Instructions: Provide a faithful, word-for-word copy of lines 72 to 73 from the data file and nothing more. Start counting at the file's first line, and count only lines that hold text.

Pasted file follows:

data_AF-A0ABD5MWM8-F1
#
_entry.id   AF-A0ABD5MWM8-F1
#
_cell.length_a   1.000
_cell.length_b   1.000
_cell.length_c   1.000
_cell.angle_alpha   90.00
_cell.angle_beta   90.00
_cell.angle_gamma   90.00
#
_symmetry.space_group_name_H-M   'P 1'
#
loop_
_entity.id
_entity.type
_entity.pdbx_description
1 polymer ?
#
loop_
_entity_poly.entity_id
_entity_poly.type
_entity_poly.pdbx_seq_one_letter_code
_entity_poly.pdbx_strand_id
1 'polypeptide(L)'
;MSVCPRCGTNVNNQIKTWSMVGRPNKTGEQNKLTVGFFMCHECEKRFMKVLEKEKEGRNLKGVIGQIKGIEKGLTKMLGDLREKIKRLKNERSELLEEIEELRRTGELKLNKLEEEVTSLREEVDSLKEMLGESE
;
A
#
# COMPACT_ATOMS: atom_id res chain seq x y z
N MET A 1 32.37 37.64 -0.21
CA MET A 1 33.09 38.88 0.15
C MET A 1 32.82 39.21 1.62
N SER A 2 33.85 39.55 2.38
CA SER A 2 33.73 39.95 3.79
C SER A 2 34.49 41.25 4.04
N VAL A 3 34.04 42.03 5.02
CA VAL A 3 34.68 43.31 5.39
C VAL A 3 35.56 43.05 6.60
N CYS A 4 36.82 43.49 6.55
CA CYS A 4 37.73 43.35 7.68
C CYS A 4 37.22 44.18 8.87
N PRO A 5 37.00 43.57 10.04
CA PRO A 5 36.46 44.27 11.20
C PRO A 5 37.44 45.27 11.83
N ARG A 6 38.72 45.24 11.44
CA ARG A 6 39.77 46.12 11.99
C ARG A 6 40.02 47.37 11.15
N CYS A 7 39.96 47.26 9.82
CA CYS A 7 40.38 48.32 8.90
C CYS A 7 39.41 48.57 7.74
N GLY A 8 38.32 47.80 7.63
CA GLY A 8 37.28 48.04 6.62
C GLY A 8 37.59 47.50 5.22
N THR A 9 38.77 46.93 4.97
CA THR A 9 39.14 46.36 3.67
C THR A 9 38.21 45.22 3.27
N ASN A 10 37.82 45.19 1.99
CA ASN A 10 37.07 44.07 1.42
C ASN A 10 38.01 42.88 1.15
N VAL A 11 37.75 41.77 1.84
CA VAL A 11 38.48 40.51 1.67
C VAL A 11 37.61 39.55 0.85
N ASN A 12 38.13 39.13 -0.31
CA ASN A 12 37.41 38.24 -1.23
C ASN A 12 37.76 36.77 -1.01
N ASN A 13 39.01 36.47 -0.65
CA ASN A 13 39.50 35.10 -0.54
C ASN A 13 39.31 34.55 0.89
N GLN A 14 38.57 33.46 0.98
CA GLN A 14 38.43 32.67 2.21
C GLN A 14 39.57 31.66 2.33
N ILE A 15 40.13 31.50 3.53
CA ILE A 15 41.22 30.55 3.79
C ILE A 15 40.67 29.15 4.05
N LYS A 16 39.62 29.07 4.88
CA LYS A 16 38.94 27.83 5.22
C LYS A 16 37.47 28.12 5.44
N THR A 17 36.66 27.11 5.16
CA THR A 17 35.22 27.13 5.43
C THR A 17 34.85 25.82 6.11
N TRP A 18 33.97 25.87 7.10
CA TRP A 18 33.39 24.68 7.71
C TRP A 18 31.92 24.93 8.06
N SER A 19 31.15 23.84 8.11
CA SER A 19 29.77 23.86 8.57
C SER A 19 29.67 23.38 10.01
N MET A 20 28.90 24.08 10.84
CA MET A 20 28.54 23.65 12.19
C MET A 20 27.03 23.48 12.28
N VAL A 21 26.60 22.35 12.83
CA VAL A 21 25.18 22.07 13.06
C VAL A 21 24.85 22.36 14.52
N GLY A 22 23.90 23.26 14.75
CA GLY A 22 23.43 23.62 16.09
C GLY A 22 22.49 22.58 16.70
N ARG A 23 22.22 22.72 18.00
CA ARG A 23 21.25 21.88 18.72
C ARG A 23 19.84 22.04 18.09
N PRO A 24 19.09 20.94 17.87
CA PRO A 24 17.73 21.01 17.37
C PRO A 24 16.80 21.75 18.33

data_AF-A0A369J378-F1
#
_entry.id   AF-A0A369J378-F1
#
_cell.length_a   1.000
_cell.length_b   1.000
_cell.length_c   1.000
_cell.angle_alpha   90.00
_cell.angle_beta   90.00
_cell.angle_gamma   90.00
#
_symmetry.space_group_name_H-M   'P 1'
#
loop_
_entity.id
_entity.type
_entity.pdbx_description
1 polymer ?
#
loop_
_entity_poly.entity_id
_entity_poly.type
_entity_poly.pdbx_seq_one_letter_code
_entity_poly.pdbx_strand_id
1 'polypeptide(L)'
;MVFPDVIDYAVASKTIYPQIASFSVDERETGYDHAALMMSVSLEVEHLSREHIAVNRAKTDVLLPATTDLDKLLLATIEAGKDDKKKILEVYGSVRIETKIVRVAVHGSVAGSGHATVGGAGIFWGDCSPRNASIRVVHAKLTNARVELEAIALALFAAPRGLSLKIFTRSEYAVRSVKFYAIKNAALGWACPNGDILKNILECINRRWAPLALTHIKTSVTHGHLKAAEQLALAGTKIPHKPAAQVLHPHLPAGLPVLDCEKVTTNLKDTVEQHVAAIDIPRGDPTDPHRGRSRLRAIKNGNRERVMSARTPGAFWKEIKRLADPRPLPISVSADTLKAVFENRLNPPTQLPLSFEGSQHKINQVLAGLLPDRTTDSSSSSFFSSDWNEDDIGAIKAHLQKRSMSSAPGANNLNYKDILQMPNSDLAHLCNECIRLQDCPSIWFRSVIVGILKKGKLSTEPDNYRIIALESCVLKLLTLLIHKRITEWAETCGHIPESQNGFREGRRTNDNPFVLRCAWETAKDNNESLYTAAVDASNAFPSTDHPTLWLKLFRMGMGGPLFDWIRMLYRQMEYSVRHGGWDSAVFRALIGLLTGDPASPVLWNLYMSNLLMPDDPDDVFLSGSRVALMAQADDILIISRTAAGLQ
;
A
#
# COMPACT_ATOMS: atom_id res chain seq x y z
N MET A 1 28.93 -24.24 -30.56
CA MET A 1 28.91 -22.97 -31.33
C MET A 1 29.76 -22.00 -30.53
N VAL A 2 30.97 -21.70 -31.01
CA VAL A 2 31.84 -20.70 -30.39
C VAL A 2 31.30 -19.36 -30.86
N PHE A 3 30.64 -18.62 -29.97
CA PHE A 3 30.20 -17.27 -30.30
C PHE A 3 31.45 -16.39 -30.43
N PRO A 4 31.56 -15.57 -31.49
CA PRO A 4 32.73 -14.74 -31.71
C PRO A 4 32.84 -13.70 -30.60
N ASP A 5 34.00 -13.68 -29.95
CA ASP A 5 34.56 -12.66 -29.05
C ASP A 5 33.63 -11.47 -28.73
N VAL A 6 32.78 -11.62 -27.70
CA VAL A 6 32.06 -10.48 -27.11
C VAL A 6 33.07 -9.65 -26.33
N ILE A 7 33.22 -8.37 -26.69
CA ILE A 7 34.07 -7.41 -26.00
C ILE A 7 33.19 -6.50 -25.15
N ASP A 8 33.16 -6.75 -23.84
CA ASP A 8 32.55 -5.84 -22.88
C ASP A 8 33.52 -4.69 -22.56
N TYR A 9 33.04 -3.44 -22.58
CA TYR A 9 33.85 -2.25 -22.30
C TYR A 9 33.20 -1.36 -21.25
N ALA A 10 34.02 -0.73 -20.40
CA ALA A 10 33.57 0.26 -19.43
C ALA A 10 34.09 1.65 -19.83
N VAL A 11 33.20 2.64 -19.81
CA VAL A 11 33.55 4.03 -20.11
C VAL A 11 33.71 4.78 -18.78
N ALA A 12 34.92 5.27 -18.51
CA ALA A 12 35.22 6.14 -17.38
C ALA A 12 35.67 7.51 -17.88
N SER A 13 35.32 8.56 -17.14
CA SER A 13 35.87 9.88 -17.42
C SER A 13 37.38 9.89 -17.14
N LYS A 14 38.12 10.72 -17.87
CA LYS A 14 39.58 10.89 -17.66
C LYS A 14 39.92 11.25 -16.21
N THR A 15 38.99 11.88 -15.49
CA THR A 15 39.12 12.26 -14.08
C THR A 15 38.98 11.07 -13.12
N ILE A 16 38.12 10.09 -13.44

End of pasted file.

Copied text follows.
C GLN A 14 39.57 31.66 2.33
N ILE A 15 40.13 31.50 3.53